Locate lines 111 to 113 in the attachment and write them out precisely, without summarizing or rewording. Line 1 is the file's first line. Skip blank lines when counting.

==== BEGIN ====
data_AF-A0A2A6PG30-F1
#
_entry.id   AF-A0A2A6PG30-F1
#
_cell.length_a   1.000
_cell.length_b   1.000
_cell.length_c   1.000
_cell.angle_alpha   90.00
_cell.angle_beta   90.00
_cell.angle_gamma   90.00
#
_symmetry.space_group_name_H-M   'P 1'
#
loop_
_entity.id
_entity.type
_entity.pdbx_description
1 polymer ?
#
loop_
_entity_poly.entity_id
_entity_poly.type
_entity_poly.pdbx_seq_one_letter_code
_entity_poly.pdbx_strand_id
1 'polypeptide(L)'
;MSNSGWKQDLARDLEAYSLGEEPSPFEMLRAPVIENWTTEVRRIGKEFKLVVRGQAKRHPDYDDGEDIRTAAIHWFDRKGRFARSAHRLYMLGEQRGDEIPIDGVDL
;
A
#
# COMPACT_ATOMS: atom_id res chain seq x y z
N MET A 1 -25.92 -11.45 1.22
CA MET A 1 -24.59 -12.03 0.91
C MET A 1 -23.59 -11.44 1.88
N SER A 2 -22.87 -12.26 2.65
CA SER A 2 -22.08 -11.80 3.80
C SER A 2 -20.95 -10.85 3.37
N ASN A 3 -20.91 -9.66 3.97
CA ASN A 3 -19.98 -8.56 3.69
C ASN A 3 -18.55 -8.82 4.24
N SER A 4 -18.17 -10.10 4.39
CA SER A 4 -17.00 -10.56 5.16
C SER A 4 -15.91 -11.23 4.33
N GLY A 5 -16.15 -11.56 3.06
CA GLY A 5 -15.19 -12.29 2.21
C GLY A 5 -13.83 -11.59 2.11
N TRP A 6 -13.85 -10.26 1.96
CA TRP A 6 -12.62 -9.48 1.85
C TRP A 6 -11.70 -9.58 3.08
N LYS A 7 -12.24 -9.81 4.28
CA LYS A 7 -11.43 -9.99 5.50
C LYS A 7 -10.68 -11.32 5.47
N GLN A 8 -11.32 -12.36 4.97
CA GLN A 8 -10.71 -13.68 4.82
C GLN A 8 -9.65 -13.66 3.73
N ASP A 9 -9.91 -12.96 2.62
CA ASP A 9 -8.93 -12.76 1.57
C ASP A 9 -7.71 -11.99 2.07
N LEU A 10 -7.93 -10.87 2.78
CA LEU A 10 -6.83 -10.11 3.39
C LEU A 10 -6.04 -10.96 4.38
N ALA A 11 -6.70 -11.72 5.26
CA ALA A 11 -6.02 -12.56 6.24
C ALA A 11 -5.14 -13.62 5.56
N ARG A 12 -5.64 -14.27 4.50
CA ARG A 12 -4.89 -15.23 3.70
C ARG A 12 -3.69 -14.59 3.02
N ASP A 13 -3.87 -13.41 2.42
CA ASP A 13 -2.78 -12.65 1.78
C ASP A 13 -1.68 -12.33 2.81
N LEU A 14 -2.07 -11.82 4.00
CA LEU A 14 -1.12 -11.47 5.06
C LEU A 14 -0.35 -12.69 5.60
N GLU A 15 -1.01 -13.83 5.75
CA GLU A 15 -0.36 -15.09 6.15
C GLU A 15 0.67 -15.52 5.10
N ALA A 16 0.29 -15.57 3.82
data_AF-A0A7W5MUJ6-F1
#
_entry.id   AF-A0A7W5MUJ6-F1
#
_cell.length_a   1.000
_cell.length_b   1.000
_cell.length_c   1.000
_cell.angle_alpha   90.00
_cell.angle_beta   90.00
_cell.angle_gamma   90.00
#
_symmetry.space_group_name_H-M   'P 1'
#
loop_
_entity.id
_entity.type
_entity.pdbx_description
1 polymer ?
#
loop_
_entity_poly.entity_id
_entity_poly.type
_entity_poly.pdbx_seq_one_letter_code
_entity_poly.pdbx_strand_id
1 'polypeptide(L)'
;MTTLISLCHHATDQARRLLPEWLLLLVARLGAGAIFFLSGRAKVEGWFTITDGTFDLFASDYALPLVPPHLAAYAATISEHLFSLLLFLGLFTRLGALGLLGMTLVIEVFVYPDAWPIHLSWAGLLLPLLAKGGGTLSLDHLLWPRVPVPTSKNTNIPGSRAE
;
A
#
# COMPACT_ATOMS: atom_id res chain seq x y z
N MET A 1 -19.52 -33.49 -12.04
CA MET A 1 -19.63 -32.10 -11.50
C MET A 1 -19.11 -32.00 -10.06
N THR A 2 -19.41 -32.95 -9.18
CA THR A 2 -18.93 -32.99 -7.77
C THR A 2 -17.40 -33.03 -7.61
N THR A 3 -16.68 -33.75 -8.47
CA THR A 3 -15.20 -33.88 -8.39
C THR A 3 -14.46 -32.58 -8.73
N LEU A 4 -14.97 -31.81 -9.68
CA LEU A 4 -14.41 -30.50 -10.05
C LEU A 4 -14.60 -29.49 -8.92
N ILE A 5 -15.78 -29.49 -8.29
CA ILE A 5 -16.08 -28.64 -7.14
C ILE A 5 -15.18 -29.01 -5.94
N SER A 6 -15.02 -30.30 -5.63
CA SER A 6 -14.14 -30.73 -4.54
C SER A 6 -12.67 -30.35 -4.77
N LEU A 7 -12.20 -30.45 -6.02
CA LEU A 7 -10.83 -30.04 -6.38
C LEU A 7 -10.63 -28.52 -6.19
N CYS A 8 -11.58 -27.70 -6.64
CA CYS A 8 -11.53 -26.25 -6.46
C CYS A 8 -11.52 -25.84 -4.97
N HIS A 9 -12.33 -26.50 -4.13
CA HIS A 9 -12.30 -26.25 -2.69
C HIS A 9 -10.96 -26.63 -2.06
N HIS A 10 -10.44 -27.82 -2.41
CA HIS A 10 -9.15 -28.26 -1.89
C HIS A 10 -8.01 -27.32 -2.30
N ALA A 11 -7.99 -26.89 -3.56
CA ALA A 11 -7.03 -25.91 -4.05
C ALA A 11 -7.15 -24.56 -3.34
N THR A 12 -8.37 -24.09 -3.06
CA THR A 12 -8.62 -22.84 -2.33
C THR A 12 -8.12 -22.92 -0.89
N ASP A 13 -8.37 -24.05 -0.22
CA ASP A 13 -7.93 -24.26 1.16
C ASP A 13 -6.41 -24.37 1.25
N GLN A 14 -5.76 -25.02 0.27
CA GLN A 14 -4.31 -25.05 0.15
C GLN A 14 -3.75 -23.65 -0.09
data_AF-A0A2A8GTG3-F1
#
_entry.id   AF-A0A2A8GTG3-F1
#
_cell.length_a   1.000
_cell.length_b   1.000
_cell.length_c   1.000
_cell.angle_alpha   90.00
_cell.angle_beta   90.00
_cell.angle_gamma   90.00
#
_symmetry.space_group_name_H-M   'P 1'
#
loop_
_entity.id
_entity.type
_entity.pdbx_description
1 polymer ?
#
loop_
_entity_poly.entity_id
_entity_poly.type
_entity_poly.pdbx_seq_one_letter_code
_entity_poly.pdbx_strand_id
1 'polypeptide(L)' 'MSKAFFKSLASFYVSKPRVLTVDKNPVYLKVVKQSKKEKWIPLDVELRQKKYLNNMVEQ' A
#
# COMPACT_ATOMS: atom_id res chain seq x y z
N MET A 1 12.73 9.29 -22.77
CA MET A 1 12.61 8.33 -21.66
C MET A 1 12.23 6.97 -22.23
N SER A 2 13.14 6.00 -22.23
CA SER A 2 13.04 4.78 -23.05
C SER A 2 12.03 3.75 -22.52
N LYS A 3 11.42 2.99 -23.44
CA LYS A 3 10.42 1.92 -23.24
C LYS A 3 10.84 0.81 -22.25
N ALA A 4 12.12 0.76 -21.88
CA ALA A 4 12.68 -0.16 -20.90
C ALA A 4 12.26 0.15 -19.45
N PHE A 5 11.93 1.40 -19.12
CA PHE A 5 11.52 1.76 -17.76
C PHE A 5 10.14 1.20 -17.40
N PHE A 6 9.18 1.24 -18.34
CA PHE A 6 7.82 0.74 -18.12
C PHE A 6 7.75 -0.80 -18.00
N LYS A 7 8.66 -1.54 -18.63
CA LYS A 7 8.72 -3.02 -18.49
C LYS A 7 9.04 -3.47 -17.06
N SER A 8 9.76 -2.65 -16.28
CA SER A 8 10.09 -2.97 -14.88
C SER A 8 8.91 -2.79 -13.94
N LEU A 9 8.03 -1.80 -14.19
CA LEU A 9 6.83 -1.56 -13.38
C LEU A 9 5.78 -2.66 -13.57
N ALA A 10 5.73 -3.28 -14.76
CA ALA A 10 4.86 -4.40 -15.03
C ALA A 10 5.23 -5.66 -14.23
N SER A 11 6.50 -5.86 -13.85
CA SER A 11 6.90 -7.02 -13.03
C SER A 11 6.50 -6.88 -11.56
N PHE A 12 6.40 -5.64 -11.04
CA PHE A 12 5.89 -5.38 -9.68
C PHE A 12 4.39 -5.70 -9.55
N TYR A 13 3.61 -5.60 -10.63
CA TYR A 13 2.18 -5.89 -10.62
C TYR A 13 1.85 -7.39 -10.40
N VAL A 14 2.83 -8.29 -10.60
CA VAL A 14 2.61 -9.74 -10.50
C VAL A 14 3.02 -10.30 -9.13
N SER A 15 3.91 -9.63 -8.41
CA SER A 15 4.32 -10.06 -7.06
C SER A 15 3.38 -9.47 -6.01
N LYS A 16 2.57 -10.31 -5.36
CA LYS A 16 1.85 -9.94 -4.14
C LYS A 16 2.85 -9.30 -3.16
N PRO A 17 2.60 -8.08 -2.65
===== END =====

CA THR A 2 -18.93 -32.99 -7.77
C THR A 2 -17.40 -33.03 -7.61
N THR A 3 -16.68 -33.75 -8.47